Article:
Where there is cause for worry is if your cat is still a kitten or is a very small breed of cat. Here, the bodyweight may not be sufficient to cope with even trace amounts of poison in the system before there are toxicity side effects.

What side effects should you watch for to know if your cat has ingested enough cyanide to need medical care?

The ASPCA lists the following concerning side effects.

  • Bright red membranes (such as gums).
  • Panting.
  • Shaking.
  • Respiratory difficulty.
  • Pupil dilation.
  • Shock.

If you see your cat exhibit any of these symptoms, take them to the nearest animal emergency clinic. And always give your veterinarian a call if you have any concerns after your cat eats any part of the apple.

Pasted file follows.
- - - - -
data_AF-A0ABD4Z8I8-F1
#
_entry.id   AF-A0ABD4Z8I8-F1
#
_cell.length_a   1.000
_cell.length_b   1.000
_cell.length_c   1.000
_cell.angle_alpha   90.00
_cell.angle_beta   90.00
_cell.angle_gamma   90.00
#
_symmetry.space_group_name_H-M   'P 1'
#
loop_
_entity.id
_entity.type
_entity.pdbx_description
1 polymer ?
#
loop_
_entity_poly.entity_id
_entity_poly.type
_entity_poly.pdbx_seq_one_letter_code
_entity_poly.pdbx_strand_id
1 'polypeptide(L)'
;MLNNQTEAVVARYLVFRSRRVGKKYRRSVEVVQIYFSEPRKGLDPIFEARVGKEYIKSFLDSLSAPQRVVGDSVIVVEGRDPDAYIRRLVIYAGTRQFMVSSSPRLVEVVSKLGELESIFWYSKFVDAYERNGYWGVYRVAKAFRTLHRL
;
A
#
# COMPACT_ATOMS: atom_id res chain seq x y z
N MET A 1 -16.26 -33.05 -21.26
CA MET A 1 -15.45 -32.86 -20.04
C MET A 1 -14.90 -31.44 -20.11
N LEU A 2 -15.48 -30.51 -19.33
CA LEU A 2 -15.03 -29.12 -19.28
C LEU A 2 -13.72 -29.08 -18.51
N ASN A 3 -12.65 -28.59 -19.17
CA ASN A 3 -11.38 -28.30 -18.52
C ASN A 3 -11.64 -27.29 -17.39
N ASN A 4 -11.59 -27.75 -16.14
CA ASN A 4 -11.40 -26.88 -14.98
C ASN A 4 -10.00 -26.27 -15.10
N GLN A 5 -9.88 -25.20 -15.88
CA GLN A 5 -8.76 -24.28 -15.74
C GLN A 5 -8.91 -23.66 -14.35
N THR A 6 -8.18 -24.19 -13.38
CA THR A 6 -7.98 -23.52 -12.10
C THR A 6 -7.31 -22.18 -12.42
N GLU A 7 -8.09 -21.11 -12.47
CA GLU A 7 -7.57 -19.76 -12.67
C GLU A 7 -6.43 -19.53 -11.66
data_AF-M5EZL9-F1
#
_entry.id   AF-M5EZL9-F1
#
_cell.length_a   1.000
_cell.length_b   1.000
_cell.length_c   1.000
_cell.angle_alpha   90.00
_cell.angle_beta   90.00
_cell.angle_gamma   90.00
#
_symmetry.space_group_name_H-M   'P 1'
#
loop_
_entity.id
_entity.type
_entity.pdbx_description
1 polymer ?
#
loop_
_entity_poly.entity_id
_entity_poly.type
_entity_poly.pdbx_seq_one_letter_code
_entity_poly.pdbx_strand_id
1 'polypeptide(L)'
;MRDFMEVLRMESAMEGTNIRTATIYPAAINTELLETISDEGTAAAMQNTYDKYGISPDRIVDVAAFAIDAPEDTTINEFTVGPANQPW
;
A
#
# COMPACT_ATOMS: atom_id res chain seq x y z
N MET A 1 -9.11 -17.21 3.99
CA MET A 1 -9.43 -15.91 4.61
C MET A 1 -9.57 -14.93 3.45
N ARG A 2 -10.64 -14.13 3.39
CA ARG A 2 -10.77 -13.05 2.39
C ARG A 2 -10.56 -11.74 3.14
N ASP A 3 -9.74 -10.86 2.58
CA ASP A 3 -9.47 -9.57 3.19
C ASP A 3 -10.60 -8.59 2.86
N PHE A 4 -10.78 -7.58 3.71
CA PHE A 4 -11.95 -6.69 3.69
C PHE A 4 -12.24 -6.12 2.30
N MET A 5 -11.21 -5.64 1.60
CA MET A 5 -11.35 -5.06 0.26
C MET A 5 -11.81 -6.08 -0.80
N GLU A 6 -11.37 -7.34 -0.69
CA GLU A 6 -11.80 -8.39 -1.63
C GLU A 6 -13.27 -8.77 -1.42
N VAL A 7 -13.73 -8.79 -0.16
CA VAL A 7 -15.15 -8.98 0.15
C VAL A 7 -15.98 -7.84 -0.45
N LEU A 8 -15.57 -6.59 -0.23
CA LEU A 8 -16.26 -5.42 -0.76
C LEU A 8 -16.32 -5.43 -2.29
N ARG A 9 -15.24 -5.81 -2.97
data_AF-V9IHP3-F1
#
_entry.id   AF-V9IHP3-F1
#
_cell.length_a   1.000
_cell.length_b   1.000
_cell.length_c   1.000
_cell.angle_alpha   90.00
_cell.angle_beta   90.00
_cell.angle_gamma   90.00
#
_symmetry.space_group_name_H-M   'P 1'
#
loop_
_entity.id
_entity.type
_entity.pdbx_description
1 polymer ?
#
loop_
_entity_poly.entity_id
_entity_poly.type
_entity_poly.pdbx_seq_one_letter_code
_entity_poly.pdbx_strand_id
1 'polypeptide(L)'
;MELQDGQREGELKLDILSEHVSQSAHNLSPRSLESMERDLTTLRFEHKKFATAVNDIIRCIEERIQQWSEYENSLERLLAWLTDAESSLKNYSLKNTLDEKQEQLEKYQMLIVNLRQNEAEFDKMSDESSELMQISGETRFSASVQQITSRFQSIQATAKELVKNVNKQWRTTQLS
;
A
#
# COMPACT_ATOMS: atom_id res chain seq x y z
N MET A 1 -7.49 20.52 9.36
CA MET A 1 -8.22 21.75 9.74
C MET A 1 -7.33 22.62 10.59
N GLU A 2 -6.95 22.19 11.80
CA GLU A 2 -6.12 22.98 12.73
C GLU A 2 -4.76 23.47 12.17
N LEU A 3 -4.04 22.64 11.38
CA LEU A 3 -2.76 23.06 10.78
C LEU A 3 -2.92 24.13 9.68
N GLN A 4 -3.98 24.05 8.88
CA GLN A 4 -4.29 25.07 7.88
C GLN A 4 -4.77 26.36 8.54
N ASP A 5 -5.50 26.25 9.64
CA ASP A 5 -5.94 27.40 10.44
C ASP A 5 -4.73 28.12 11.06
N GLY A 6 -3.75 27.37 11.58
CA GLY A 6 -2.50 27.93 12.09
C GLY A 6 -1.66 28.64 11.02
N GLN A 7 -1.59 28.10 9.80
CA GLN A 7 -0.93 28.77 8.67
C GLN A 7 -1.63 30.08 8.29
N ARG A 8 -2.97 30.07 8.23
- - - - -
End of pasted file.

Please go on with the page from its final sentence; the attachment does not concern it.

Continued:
How to Feed Apples to Your Cat

Your cat likely won’t seek out apples on their own, except out of sheer curiosity. But Sometimes cats want to try foods their owner is eating.

So if your cat expresses curiosity, it is fine to allow your pet to have a taste of apple.

You always want to feed raw apple, although a bit of cooked apple won’t hurt your cat. Just don’t feed your cat dried apple, which will have concentrated sugars that may be hard for your kitty to digest.

The best way to offer apples to your cat is to first remove the stem, core the apple and then remove the peel. Then you can dice up the flesh into small bits and put some in a dish for your cat to taste.

Just don’t be surprised if your kitty takes one taste and decides apples are not worth any more of their time or attention.